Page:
| LOS ANGELES
LOS ANGELES Los Angeles Dodgers owner Frank McCourt's divorce was finalized last month, according to court documents made public on Tuesday, but the question of whether his ex-wife, Jamie, has a stake in the baseball team remains undecided.
A stipulated judgment in the McCourts' divorce case was entered on October 26, according to Dennis Wasser, the attorney for Jamie McCourt, but that decree has only just been added to the computerized court docket.
The divorce decree did not address ownership of the Dodgers, a key point of contention for the couple in the nasty public dispute.
The Dodgers are considered one of the premier clubs in Major League Baseball and were valued by Forbes magazine in 2009 at $722 million.
Last week, Superior Court Judge Peter Lichtman, the mediator assigned to the McCourts' property dispute, met in separate closed sessions with each of the McCourts and their attorneys. He presented them with a proposed settlement and gave them until the end of the month to accept or reject it.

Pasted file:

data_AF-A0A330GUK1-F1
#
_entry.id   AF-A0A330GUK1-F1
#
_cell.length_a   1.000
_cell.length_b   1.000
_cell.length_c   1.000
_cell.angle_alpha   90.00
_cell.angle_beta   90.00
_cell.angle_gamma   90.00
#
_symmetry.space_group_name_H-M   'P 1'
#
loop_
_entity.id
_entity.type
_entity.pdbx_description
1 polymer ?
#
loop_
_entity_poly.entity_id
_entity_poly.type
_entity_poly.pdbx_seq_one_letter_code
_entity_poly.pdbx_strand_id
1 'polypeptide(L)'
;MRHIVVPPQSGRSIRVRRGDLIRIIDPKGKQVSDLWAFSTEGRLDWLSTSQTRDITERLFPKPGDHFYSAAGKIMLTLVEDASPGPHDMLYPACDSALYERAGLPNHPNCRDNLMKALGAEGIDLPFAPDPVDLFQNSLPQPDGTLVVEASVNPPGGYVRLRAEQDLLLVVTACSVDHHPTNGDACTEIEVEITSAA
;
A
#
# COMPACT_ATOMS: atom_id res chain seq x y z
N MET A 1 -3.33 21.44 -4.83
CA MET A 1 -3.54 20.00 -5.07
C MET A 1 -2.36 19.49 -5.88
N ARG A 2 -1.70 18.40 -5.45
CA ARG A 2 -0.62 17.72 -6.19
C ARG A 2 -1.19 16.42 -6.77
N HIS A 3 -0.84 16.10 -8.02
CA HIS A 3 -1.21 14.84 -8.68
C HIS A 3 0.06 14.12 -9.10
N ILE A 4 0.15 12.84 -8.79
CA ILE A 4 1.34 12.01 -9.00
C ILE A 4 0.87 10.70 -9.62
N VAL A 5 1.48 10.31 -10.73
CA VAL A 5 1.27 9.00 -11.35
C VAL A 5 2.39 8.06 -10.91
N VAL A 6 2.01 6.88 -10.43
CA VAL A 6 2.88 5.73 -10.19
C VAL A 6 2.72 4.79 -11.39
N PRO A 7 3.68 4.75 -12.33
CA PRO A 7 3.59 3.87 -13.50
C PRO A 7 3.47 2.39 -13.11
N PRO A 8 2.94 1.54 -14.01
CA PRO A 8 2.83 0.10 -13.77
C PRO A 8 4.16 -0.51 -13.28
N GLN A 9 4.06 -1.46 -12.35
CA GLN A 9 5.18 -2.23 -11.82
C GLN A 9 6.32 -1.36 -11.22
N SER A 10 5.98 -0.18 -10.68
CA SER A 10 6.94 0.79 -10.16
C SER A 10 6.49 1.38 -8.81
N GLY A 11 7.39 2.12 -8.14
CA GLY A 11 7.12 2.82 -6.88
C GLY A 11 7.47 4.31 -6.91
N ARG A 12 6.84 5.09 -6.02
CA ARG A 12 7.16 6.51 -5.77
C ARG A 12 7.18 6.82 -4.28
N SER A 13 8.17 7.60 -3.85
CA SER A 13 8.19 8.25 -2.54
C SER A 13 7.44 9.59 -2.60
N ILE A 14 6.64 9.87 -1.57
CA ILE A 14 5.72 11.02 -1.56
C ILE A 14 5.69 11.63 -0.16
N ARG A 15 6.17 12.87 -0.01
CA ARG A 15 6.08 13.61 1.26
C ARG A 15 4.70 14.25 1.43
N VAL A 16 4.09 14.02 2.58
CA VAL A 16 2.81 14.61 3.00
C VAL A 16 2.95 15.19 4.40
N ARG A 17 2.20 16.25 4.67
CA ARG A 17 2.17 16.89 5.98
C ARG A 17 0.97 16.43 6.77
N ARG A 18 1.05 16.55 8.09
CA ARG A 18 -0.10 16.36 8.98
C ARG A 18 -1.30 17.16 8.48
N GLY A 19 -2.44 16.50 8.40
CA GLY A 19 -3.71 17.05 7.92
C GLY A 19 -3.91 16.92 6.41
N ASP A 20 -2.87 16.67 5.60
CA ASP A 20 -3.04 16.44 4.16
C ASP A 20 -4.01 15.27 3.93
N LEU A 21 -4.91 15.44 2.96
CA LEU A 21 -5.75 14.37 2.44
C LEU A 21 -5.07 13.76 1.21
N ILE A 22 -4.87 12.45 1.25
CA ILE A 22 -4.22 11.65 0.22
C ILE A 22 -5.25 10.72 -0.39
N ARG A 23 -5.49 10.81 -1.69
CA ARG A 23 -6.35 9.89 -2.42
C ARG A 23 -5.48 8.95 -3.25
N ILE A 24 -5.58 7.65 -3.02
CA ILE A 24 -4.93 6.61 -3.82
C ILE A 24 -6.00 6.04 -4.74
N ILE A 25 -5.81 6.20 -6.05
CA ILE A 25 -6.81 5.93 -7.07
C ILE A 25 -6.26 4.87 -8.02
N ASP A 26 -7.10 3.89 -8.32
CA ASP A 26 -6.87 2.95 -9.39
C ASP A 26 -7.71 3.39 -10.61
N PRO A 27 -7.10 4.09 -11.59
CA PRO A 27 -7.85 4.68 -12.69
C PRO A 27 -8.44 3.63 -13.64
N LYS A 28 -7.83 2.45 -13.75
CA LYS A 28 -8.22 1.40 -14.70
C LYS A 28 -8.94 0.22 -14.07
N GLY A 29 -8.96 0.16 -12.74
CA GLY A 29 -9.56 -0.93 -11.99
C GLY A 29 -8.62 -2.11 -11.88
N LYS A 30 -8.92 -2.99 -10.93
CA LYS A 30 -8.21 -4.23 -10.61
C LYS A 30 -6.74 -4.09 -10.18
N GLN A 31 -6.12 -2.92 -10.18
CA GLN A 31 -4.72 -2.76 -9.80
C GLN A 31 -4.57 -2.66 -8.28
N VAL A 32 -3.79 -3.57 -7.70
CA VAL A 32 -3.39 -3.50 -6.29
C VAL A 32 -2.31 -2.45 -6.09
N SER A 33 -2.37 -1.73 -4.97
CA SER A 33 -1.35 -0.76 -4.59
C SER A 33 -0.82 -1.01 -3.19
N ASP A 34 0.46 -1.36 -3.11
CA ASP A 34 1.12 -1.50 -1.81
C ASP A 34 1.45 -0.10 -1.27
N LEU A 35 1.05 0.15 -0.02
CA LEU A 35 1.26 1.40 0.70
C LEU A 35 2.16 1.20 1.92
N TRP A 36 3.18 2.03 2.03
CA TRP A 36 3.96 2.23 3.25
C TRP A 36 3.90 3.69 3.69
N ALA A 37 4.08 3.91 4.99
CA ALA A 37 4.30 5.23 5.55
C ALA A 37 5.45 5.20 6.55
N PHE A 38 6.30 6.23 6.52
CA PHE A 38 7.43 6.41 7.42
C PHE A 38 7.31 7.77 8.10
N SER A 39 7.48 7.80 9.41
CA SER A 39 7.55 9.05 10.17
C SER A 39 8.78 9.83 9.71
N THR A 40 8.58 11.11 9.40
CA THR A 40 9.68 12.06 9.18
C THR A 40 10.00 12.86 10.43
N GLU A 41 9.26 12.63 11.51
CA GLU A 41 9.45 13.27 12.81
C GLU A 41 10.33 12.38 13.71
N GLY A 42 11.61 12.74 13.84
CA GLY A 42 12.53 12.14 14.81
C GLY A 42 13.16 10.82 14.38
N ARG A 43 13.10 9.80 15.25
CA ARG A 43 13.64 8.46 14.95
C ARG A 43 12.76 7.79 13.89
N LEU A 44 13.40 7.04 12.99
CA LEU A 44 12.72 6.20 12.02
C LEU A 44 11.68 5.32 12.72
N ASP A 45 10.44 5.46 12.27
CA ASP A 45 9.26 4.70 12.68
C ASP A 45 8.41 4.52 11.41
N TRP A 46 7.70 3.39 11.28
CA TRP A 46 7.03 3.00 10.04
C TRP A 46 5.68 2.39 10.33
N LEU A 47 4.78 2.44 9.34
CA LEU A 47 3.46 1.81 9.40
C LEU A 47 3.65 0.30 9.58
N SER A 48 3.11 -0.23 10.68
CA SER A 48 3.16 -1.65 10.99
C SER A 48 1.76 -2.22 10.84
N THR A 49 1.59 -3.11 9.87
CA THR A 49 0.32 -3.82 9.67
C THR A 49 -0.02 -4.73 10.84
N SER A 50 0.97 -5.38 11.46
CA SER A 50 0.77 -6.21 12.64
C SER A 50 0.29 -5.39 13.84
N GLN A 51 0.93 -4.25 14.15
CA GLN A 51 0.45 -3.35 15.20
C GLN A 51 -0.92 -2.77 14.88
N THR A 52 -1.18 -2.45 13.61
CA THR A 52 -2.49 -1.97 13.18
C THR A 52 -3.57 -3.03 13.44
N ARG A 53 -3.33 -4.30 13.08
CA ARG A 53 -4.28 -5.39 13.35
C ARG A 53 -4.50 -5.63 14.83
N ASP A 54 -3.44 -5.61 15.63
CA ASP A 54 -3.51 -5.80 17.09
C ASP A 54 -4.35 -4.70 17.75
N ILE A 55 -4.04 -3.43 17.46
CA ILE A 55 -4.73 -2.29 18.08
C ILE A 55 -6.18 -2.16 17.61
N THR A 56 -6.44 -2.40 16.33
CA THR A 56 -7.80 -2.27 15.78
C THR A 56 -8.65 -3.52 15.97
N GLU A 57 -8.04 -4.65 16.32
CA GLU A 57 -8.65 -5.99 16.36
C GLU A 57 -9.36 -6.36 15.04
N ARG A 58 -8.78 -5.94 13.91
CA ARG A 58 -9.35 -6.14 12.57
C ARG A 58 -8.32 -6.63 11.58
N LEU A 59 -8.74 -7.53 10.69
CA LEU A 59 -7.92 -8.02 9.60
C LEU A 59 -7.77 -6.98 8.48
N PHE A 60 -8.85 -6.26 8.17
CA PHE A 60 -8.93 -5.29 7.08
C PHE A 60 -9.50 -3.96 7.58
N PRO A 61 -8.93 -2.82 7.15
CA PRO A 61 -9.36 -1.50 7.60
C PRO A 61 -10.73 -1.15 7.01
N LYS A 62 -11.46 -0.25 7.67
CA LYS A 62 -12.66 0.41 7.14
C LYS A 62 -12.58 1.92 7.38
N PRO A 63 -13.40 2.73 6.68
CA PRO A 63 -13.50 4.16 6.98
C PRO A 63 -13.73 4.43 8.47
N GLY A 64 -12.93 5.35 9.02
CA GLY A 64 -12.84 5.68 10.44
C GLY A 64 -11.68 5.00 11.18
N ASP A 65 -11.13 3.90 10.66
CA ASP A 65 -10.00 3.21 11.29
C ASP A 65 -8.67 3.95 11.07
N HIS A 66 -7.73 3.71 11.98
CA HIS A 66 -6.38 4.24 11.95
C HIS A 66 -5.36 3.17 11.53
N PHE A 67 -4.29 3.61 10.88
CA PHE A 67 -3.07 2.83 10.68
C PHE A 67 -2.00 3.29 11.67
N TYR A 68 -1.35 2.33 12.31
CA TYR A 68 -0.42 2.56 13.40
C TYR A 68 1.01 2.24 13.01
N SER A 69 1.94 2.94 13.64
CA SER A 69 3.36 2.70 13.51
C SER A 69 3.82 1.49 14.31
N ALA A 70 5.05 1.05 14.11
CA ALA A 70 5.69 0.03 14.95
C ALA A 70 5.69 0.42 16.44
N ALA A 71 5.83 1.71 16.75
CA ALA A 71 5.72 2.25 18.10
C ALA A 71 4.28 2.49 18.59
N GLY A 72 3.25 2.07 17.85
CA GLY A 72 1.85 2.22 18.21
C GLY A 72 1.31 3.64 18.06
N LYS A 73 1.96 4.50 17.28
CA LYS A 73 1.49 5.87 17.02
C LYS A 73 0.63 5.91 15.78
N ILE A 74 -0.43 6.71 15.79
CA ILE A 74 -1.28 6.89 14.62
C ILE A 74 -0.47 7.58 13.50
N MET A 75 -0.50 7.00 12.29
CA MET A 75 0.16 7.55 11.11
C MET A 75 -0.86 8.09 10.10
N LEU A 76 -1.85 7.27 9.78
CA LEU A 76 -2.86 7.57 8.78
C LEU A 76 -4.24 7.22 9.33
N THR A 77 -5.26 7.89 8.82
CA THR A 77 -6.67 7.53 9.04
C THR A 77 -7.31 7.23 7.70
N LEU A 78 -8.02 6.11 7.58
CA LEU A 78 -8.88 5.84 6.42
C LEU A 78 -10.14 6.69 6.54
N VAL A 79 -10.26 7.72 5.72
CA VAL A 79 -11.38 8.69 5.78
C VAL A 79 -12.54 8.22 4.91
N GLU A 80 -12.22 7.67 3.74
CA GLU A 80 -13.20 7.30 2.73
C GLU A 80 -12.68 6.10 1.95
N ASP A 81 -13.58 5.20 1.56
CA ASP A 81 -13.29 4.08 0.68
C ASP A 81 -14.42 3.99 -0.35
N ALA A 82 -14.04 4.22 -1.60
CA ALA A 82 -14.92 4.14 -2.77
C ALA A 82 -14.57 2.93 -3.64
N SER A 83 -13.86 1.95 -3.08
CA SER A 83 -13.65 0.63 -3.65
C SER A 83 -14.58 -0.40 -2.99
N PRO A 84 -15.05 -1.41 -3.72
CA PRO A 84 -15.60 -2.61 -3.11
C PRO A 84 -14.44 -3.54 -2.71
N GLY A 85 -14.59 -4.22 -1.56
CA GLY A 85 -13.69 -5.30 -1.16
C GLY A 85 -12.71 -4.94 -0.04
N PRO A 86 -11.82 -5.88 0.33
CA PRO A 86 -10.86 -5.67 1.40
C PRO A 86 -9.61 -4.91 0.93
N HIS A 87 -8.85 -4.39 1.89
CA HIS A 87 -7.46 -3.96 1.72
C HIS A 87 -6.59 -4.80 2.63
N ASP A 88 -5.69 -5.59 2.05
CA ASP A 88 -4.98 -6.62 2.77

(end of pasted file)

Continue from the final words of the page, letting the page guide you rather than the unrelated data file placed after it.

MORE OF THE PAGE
If the proposal is rejected, as is widely expected, then Superior Court judge Scott Gordon would rule on the validity of several versions of the couple's post-nuptial agreement, which Frank McCourt asserts gives him sole ownership of the Dodgers.
Jamie McCourt has maintained the team was meant to be community property of the couple. Wasser said a ruling was expected some time in December.
The McCourts, who were married for over 30 years and have four grown sons, bought the team in 2004.
The couple announced their separation in October 2009 as the Dodgers faced the Philadelphia Phillies in the National League championship playoff. Frank McCourt fired his spouse as the club's chief executive the day after the Phillies cut short the Dodgers' World Series bid, and she filed for divorce five days later.
In May, Frank McCourt was ordered to pay $225,000 a month in temporary spousal support, plus $412,159 monthly to pay the mortgages on the couples' real estate properties. (Editing by Steve Gorman and Greg McCune)